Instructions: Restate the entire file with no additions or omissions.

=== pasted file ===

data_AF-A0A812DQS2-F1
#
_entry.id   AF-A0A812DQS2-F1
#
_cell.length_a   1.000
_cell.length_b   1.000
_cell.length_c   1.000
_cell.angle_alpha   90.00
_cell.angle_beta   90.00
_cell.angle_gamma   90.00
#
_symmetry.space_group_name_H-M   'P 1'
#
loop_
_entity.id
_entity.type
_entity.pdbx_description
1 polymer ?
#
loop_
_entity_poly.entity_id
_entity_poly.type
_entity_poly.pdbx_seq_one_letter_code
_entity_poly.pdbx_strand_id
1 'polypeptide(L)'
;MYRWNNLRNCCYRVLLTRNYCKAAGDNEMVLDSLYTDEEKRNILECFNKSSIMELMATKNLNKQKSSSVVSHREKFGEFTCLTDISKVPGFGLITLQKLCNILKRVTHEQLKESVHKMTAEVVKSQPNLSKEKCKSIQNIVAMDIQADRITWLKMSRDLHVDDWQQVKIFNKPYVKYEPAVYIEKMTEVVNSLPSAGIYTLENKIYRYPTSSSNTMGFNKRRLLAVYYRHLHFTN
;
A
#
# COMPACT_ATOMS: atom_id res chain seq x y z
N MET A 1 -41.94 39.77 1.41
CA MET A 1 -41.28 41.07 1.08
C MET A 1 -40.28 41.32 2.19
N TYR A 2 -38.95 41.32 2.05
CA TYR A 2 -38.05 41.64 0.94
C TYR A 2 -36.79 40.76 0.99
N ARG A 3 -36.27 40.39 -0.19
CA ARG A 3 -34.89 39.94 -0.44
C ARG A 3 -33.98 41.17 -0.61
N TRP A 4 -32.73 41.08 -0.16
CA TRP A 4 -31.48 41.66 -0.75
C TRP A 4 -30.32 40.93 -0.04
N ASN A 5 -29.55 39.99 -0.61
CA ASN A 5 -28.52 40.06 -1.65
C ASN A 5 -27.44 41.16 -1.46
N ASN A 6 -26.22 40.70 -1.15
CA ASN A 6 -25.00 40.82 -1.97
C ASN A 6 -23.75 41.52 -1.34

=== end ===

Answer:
data_AF-A0A812DQS2-F1
#
_entry.id   AF-A0A812DQS2-F1
#
_cell.length_a   1.000
_cell.length_b   1.000
_cell.length_c   1.000
_cell.angle_alpha   90.00
_cell.angle_beta   90.00
_cell.angle_gamma   90.00
#
_symmetry.space_group_name_H-M   'P 1'
#
loop_
_entity.id
_entity.type
_entity.pdbx_description
1 polymer ?
#
loop_
_entity_poly.entity_id
_entity_poly.type
_entity_poly.pdbx_seq_one_letter_code
_entity_poly.pdbx_strand_id
1 'polypeptide(L)'
;MYRWNNLRNCCYRVLLTRNYCKAAGDNEMVLDSLYTDEEKRNILECFNKSSIMELMATKNLNKQKSSSVVSHREKFGEFTCLTDISKVPGFGLITLQKLCNILKRVTHEQLKESVHKMTAEVVKSQPNLSKEKCKSIQNIVAMDIQADRITWLKMSRDLHVDDWQQVKIFNKPYVKYEPAVYIEKMTEVVNSLPSAGIYTLENKIYRYPTSSSNTMGFNKRRLLAVYYRHLHFTN
;
A
#
# COMPACT_ATOMS: atom_id res chain seq x y z
N MET A 1 -41.94 39.77 1.41
CA MET A 1 -41.28 41.07 1.08
C MET A 1 -40.28 41.32 2.19
N TYR A 2 -38.95 41.32 2.05
CA TYR A 2 -38.05 41.64 0.94
C TYR A 2 -36.79 40.76 0.99
N ARG A 3 -36.27 40.39 -0.19
CA ARG A 3 -34.89 39.94 -0.44
C ARG A 3 -33.98 41.17 -0.61
N TRP A 4 -32.73 41.08 -0.16
CA TRP A 4 -31.48 41.66 -0.75
C TRP A 4 -30.32 40.93 -0.04
N ASN A 5 -29.55 39.99 -0.61
CA ASN A 5 -28.52 40.06 -1.65
C ASN A 5 -27.44 41.16 -1.46
N ASN A 6 -26.22 40.70 -1.15
CA ASN A 6 -25.00 40.82 -1.97
C ASN A 6 -23.75 41.52 -1.34